In the paper https://arxiv.org/abs/1909.05820 the authors introduce several Hamiltonians. For example they define $$ H_G = A^\dagger \left( \mathbb{I} - \vert b \rangle \langle b \vert \right) A $$ in equation (4), where $A$ is a complex-weighted sum of unitary matrices and $\vert b \rangle$ a quantum state prepared with the unitary $U$ (that will appear later in the question): $U\vert 0 \rangle = \vert b \rangle$.

This Hamiltonian is depicted as the "global" Hamiltonian and is defined such as its expectation value when the system is in the state $\vert x \rangle$ is $$ \langle x \vert H \vert x \rangle = \langle x \vert \left[ A^\dagger \left( \mathbb{I} - \vert b \rangle \langle b \vert \right) A \right]\vert x \rangle = \langle \psi \vert \left( \mathbb{I} - \vert b \rangle \langle b \vert \right) \vert \psi \rangle $$ where $\vert \psi \rangle = A \vert x \rangle$.

I may be wrong, but I think this expectation value can be interpreted as the "part" of $\vert \psi \rangle$ that is in the subspace orthogonal to $\vert b \rangle$.

The authors also define a "local" Hamiltonian: $$ H_L = A^\dagger U \left( \mathbb{I} - \frac{1}{n} \sum_{j=1}^n \vert 0_j \rangle \langle 0_j \vert \otimes \mathbb{I}_{\bar{j}} \right) U^\dagger A $$ where $U$ is a unitary matrix "preparing" $\vert b \rangle$ and $\mathbb{I}_\bar{j}$ is the identity operation on all qubits except the $j$-th one.

My question is: is there a interpretation of the formula for $H_L$ as I wrote above for $H_G$? I particularly need help for the interpretation of the sum, I would tend to say it is a projection on all the states that have their $j$-th qubit in the $\vert 0 \rangle$ state, but I am not sure.

EDIT: after more research, this notebook gave me a re-formulation of one of the terms: $$ \frac{1}{n} \sum_{j=1}^n \vert 0_j \rangle \langle 0_j \vert \otimes \mathbb{I}_\bar{j} = P = \frac{1}{2} \left( \mathbb{I} + \frac{1}{n}\sum_{j=1}^n Z_j \right) $$ where $Z_j$ is the $\sigma_z$ Pauli matrix applied to the $j$-th qubit, qubit indexes starting with $0$.

NOTE: the question is open, i.e. a possible answer could be "I am pretty sure there is no easy interpretation of that thing".

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    $\begingroup$ As DaftWullie pointed out in the comments to my deleted answer, $I - P$ isn't a projection operator indeed. However, I do believe that there should be a simple interpretation of that term in terms of a restricted/local Hamiltonians (it's a big deal in perturbation theory). For instance. $I - P$ acts non-trivially only on the subspace in which the $j$-th qubit is $|0\rangle$. Nonetheless, it is evident why when $|\psi\rangle \propto |b\rangle$ the energy (cost) function vanishes. $\endgroup$ Dec 11, 2019 at 15:21

1 Answer 1


To start with, let's look at $$\mathbb I - \frac{1}{n} \sum_{j=1}^n \vert 0_j \rangle \langle 0_j \vert \otimes \mathbb{I}_\bar{j} =\mathbb I - P.$$

We can rewrite $$\mathbb I = \frac{1}{n}\sum_{j=1}^n\mathbb I = \frac{1}{n}\sum_{j=1}^n\left(\left|0_j\rangle\langle 0_j\right| + \left|1_j\rangle\langle 1_j\right|\right)\otimes \mathbb I_\bar j$$ to get $$\mathbb I - P = \frac{1}{n}\sum_{j=1}^n\left|1_j\rangle\langle 1_j\right|\otimes \mathbb I_{\bar j}.$$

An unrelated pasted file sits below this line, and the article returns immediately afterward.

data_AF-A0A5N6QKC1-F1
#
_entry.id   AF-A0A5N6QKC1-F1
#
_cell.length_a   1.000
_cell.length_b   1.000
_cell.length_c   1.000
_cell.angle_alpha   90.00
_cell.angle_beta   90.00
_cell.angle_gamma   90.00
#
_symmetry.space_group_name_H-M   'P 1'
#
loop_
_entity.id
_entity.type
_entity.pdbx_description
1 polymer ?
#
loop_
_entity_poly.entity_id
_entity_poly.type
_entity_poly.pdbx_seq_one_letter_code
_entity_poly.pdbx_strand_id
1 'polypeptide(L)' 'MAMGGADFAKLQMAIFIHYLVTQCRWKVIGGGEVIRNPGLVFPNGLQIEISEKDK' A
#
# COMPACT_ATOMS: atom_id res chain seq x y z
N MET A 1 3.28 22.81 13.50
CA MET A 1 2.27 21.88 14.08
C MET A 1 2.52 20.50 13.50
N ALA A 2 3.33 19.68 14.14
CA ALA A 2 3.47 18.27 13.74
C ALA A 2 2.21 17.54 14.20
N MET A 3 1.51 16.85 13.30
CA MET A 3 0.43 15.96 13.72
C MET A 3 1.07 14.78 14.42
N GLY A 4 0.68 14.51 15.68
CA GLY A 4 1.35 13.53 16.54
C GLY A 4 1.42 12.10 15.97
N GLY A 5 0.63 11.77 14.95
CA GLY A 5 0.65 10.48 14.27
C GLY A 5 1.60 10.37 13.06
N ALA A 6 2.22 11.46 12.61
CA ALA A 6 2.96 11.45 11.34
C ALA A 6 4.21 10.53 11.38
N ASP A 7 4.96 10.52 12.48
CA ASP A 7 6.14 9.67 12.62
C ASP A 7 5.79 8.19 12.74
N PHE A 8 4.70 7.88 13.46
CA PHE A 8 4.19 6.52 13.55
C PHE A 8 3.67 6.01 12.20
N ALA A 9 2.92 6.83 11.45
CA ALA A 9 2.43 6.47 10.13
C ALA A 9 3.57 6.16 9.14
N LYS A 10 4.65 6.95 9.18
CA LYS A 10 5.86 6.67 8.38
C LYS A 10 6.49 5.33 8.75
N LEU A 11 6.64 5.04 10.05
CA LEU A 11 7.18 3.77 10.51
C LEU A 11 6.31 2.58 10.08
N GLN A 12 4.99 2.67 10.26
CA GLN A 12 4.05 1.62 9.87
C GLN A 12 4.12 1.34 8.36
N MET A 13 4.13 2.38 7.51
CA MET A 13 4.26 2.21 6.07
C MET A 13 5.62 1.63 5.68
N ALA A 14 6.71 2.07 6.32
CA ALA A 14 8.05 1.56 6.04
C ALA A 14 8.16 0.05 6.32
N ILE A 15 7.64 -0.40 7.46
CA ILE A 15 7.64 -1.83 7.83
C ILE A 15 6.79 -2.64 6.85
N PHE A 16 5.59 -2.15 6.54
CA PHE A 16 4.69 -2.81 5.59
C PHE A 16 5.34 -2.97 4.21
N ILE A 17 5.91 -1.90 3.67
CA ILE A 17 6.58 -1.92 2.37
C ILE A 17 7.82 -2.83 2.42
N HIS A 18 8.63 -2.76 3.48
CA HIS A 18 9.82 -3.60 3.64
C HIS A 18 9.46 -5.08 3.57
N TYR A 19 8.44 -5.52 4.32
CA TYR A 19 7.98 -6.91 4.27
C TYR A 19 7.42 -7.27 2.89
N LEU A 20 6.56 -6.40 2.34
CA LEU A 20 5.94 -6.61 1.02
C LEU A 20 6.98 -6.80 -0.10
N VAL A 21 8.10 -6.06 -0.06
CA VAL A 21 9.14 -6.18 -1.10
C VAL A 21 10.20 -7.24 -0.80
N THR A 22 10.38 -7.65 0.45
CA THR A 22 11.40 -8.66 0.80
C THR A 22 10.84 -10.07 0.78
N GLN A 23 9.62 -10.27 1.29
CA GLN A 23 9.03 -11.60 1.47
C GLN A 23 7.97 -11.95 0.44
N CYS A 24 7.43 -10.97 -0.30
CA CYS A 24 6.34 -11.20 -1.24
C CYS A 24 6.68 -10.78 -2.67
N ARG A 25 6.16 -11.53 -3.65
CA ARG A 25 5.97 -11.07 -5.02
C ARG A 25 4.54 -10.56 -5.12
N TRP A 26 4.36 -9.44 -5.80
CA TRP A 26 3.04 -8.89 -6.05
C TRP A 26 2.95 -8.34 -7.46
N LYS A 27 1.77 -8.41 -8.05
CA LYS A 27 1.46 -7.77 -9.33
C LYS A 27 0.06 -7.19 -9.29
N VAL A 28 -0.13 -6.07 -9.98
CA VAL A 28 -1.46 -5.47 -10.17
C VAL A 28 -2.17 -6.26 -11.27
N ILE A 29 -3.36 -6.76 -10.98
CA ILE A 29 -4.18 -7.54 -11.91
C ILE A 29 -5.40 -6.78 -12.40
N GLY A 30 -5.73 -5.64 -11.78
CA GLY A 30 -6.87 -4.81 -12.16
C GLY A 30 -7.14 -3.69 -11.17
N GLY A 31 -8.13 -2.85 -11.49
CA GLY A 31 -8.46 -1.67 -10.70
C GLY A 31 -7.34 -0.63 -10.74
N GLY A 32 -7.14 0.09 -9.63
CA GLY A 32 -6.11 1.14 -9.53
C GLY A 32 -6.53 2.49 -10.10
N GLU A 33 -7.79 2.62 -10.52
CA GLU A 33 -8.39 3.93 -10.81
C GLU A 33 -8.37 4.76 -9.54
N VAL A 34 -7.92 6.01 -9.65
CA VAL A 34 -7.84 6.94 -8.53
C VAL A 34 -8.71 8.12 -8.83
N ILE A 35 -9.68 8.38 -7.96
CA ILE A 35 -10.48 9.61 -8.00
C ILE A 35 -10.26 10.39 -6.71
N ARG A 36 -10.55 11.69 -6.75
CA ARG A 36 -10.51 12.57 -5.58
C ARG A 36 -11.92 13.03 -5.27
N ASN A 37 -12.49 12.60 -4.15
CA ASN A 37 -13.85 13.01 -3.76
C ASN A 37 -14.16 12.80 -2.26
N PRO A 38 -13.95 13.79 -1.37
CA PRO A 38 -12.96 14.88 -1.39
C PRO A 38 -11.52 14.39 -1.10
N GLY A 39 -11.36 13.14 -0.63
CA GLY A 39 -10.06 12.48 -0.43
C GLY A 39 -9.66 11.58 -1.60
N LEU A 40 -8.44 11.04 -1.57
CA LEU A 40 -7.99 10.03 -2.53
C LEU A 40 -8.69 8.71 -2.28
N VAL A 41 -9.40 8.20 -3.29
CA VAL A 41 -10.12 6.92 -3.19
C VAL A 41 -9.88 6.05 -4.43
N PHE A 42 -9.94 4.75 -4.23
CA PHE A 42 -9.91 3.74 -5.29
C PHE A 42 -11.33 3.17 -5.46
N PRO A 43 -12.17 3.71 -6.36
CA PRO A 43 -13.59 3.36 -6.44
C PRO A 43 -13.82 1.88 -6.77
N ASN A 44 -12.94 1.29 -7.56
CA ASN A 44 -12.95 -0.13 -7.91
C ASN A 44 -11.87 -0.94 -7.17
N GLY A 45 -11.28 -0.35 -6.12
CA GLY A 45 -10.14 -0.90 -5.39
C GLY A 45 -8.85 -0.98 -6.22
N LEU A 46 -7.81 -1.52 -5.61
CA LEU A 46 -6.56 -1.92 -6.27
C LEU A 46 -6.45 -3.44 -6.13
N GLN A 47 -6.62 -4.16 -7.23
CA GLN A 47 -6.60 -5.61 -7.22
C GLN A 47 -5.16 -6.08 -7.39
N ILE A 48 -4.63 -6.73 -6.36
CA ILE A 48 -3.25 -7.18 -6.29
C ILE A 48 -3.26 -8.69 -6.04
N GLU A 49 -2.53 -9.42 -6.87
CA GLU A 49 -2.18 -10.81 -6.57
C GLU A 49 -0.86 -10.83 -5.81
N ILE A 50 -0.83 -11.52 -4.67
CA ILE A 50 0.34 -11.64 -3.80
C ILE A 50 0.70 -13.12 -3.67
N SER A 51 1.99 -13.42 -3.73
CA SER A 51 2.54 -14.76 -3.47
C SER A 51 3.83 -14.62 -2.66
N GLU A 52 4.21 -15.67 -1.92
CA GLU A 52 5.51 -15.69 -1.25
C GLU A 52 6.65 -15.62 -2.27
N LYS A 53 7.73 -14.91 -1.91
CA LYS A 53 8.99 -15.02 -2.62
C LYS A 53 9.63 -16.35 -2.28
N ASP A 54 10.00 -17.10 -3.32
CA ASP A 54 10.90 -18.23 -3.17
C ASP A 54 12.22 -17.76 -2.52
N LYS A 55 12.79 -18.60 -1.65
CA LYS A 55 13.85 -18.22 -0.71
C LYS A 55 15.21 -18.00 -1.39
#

This is a normalised sum of projectors $$\mathbb I - P =\frac{1}{n}\sum_{j=1}^n\mathbb P_{1,j}$$ where $\mathbb P_{1, j}$ projects the $j^{\text{th}}$ qubit into state $\left|1\right>$. That is, $\mathbb I - P$ gives the proportion of qubits in state $\left|1\right>$, or more accurately, the expectation value of $\mathbb I-P$ with respect to some state gives the expected proportion of qubits to return $'1'$ when that state is measured. Equivalently, the expectation value of $P$ is the expected proportion of qubits to return $'0'$ when measured.

As $U\left|0\right> = \left|b\right>$, $U\left(\mathbb I - P\right)U^\dagger$ does with $\left|b\right>$ what $\mathbb I - P$ does with $\left|0\right>$.

Of course, the difficulty now is that $\left|b\right>$ can presumably be an entangled state, so explaining this in terms of "expectation value of the proportion of qubits returning $'1'$ upon measurement" isn't quite so straightforward.

However, asking the question 'are you measuring the state $\left|b\right>$?', $\left<x|H_L|x\right>$ is the expectation value of the proportion of qubits that would return 'no'.

An alternative way of thinking about it that might make more sense in this context is by realising that if $A\left|x\right> = \left|b\right> = U\left|0\right>$, $U^\dagger A\left|x\right> = \left|0\right>$ and so we arrive back at the expectation value of the proportion of qubits returning $'1'$ upon measurement of $U^\dagger A\left|x\right>$.

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    $\begingroup$ Very nice answer! It took me a little bit of time to understand it, but it seems like it solves my problem. The conclusions are coherent with the context and fit nicely, I am happy with this! Thanks a lot! $\endgroup$ Dec 17, 2019 at 15:57

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